In Chicago, Jimmy’s injured leg has been plaguing him, so he visits a veteran’s hospital, where a smoking doctor suggests there’s something wrong with a screw in his metal implant. “So you’re saying I have a screw loose?” he quips. Jimmy meets Richard Harrow (Jack Huston), a brooding former sniper who wears a creepy half-mask to cover his grotesque facial injuries. Jimmy and Harrow strike up a conversation over reading matter: Jimmy’s reading ‘The Tin Soldier,’ Harrow a Tom Swift book. The doctors want them to give themselves a “personal inventory” as a psychological test, but they decide to ignore the hospital’s vision of normalcy. Michael Pitt movingly conveys Jimmy’s psychological wounds as a war veteran, which until now have been the show’s least convincing details.
“Home” begins with Jimmy learning the whereabouts of the guy who slashed Pearl’s face, so it makes perfect sense that Jimmy would try to help another disfigured person. Under Jimmy’s influence, Harrow regains his ability to lie, drink whisky, sleep with a woman (at the Chicago whorehouse) and, finally, kill. Jimmy confronts the Pearl-slasher at a diner, recounts an ugly story from his wartime experience, but says he’s not going to kill him. Jimmy leaves and a shot rings out, shattered a water pitcher and neatly dispatching the slasher.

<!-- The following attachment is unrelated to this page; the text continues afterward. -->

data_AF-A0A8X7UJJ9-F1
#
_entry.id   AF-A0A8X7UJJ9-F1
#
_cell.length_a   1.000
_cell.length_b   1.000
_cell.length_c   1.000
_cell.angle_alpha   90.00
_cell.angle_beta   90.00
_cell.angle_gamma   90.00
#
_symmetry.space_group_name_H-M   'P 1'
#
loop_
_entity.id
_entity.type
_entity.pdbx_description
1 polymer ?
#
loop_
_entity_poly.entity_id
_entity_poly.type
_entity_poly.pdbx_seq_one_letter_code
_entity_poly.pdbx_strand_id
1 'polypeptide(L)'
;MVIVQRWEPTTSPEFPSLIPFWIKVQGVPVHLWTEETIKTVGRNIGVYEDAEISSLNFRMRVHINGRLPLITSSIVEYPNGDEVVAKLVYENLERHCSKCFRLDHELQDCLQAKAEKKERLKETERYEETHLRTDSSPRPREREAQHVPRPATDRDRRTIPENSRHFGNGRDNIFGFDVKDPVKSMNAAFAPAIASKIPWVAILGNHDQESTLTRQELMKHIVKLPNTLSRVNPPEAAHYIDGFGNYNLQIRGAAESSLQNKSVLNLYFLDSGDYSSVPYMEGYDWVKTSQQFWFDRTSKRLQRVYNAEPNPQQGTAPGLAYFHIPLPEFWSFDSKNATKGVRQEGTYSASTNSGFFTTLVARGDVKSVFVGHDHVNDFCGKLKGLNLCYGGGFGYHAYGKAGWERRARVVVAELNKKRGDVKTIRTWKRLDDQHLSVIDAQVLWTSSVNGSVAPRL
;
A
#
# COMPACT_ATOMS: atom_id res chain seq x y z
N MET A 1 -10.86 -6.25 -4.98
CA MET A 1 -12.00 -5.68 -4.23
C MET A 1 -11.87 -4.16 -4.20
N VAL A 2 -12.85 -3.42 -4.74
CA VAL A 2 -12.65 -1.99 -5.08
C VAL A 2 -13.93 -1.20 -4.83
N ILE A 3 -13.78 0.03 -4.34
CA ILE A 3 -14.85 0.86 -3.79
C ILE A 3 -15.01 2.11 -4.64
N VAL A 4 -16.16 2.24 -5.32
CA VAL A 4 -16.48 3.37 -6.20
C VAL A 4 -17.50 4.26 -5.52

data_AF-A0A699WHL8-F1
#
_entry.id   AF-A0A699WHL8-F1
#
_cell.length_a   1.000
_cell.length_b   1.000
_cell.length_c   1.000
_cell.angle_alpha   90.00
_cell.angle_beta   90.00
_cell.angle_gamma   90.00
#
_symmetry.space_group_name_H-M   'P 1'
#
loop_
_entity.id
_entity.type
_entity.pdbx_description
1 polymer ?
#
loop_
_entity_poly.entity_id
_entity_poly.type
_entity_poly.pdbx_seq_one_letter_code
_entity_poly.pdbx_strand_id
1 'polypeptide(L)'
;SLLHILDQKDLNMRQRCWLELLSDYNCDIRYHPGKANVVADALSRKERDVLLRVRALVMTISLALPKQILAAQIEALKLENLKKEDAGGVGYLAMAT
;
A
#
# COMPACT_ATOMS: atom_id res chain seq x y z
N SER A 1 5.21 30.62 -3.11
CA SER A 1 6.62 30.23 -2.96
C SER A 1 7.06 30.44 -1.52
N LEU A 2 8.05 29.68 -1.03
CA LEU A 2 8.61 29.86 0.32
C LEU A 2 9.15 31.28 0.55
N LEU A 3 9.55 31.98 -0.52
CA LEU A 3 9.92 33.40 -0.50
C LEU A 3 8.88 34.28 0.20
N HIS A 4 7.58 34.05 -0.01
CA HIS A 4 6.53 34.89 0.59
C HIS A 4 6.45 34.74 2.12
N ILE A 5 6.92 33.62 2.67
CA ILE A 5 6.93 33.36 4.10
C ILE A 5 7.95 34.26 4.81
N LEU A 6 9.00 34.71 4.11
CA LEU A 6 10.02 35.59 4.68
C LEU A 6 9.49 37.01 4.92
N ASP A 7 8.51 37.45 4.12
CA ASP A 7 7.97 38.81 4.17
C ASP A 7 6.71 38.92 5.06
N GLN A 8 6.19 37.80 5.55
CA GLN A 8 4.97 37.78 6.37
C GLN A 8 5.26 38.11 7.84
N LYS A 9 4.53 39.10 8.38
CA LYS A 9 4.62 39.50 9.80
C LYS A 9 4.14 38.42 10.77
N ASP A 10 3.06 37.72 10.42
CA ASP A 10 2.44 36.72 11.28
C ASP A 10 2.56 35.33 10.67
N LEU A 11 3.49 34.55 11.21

And as the camera tracks from the bullet hole in the diner window to Harr"ow with a rifle in the opposite building, an organ-music version of Bach’s "Toccata and Fugue in D Minor chimes ominously on the soundtrack. Supposedly the music is playing at the Atlantic City movie theater where Lucy is watching Dr. Jekyll and Mr. Hyde, but the composition is particularly associated with The Phantom of the Opera, a murderer who, like Harrow, wore a mask to conceal his disfigured face. I hope we see more of Harrow, since Jack Huston (grandson of John Huston and nephew to Angelica and Danny) gives a superbly moody performance.
Several times on “Home,” the incidental music puckishly comments on the action. There’s whimsical music underneath Lansky’s pitch to Chalky, and more sentimental tunes when Fleming talks about his wife’s efforts to keep their baby alive. Even when dealing with some of the heaviest themes imaginable, “Boardwalk Empire” this week reveals a pleasingly light touch. "Home" may be my favorite "Boardwalk Empire" episode next to the one where Van Alden tortured the guy in the dental chair.
Did Nucky’s father say that “Your mother found me,” when he was lying on the kitchen with a broken leg? Surely he’s delusional and Nucky’s mother is dead, but do we know that for sure?
This week a clearly-spurned Lucy barges in on Nucky and gets rebuffed, but exacts a promise for Nucky to take her to Dr. Jekyll. Lucy ends up at the movie alone, contemplating a movie line about man’s “evil nature” —does she have some kind of revenge in mind?
@Atlpaddy Amongst my brethren we call that 2nd Tuesday. As for the "winter celebration"; you…
QM, do you think CL has an obligation to reach Lucy for comment?
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what the hell is going on with lucy? is she fucked, or what?
WHAT ABOUT LUCY